I am going to try to make another trials, and I think I will do it. The last two trials I made the standard at Grandma’s and didn’t need to race another marathon. That strategy didn’t work this time around because we had two warm Grandma’s in a row. I waited an entire year to try and qualify again and then had to play the race-every-few-months game, chasing a qualifier. Of course I’ll do Grandma’s to try and qualify, but I will find a winter or fall race when the window is open if the qualifier doesn’t happen at Grandma’s.
What goals do you have for the rest of the year?
I want to run a PR in the marathon and break 5 minutes for the mile. I have run 2:42:33 at Grandma’s in 2002. I believe I can run faster than that. I know I am older, but my times are improving again. I had a great working relationship with Charlie Mahler when he was up North, and I set my PR in the marathon. But it got to be too difficult for both of us to work together long distance now that he lives in Northfield. I have a new coach, Vern Johnsen, and it has really helped to have someone whom I can meet for workouts and talk training with on a regular basis again. We both believe, at 35, my best running days are ahead of me.
When and how did you get involved with running? Did you run in high school and college and if so, where?
I ran for Duluth Marshall in high school. I started running in the 7th grade because a senior girl, Theresa Swanstrom, encouraged me to come out and would run with me on our distance runs. Like most people who are still at it, running became a part of my daily life; I could never imagine not doing it. After HS, I went to Connecticut College for a year and a half and was a Division III All-American. The East Coast was not a good fit for me, so I finished up my eligibility at Montana State University. Our team went to cross-country Nationals in ‘95, and I was the Big Sky Conference Champ in track in the 5k and 10k in ‘96 for MSU. I think Duluth’s running community has kept me going too. There are fewer of us than in the big city, but everyone is pretty committed. I can usually find a training partner to head out the door with me even on the worst winter days.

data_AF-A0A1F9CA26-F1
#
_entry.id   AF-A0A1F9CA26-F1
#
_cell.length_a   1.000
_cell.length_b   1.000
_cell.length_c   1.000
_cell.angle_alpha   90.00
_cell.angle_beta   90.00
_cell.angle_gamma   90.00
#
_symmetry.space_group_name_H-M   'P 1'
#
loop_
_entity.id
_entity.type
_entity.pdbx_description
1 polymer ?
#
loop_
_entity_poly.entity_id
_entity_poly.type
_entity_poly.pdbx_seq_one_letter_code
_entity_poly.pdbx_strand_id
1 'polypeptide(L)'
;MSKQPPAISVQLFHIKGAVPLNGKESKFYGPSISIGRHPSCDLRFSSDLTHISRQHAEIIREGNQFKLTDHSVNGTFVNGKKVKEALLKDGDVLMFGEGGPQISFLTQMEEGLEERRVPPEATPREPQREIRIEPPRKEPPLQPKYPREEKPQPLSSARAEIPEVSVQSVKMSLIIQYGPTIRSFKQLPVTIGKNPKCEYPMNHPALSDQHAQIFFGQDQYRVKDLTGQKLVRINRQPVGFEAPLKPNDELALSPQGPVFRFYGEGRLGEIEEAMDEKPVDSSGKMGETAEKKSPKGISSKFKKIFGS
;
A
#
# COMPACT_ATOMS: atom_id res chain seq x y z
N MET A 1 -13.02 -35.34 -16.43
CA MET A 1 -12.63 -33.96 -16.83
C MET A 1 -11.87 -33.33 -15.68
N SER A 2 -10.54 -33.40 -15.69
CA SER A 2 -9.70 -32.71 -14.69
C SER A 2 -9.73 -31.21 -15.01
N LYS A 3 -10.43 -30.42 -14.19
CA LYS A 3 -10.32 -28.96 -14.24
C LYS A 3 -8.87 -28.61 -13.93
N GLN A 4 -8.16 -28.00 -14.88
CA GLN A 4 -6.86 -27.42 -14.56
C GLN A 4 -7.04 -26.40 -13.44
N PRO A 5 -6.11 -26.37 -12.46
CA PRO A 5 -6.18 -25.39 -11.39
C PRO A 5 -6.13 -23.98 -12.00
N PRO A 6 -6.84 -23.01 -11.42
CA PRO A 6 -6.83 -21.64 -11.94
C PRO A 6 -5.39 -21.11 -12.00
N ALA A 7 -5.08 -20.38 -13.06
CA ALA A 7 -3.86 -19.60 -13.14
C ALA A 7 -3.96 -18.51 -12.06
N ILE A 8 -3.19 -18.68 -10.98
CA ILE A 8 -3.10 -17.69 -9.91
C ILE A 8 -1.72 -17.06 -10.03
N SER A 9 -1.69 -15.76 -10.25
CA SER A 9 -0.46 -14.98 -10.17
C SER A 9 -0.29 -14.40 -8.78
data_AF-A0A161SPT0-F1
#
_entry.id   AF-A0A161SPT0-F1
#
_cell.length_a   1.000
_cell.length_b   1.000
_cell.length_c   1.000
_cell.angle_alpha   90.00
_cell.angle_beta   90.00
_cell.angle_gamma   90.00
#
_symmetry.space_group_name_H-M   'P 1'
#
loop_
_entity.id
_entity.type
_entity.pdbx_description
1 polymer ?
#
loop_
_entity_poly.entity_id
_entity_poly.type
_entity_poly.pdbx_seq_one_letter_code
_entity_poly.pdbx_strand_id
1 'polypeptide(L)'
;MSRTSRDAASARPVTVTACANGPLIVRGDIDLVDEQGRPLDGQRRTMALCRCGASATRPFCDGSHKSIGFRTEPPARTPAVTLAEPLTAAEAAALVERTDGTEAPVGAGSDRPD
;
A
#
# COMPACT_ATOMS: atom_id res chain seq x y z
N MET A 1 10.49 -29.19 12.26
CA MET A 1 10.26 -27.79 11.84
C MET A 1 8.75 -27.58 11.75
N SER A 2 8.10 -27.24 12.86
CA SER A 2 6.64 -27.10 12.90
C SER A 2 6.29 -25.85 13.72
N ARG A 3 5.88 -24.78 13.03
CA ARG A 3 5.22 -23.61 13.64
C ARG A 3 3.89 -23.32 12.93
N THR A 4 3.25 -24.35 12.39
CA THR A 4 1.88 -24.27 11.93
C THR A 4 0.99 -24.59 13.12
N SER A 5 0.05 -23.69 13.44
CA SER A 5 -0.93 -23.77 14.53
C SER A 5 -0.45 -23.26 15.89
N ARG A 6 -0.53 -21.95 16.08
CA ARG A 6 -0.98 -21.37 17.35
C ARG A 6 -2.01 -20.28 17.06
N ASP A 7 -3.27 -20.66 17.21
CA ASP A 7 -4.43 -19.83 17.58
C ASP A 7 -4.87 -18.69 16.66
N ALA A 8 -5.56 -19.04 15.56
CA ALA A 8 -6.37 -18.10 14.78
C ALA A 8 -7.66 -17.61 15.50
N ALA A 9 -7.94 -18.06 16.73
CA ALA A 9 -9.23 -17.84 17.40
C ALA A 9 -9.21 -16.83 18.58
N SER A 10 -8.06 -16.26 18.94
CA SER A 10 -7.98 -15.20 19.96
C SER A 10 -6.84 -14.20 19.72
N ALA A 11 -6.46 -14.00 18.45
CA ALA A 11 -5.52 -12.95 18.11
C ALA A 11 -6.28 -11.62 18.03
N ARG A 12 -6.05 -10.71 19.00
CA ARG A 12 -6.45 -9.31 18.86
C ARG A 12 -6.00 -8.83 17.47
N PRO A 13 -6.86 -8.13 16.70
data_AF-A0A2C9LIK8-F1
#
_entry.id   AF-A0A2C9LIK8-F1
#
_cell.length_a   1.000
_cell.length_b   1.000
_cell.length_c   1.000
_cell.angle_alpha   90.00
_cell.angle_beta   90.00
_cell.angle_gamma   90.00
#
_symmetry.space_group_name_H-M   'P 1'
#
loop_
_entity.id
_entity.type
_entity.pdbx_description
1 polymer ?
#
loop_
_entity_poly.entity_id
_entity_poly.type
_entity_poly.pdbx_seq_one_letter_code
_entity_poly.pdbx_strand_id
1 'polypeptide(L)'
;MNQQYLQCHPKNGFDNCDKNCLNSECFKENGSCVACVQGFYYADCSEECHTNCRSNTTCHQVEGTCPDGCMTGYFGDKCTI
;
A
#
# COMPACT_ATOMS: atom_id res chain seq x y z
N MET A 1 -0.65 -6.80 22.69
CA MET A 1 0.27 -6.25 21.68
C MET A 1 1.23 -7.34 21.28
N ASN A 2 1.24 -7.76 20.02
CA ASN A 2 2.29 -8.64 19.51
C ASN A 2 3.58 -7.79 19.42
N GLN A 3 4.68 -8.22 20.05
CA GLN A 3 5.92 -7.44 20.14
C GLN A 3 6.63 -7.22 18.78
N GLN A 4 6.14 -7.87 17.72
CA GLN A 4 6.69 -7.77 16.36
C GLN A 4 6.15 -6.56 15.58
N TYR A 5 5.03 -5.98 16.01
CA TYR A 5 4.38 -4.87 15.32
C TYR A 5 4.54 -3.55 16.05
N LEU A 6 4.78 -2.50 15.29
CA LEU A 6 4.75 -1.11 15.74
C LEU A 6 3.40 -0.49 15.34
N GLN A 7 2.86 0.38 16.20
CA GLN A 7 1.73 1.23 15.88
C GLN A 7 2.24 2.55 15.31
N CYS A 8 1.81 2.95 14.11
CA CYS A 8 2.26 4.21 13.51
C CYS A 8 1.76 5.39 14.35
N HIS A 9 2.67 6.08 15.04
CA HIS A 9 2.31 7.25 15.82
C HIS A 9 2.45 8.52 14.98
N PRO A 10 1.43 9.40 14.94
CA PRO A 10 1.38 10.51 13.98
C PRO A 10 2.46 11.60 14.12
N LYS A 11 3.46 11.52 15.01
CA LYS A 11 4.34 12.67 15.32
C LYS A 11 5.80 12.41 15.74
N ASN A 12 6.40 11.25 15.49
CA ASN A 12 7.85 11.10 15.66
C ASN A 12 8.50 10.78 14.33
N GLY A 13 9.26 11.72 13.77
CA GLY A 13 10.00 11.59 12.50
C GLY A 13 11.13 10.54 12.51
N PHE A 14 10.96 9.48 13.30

How would you describe your training philosophy?
I have always followed some adaptation of Lydiard Training. I love to do miles. I am never happier than when I am stringing together 100-mile weeks.
Do you have any key workouts that you like to use as a benchmark or your fitness?
I like to use local races or the Minnesota team circuit races to gauge my fitness. I guess that is because I am usually gearing up for Grandma’s as my main race every year. Also, I can never push myself in a workout like I can in a race, so races always give me more confidence than workouts.
What are your PRs?
Mile 5:00.00 (shit... no sub-5)
5k 17:01 (again... just over that minute barrier)
10 mile 57:50
Half 1:18:29 (PR at Grandma’s half this year!)
100k 8:00:28 (!#&!@!... just missed sub-8)
What do you consider your strengths? Weaknesses?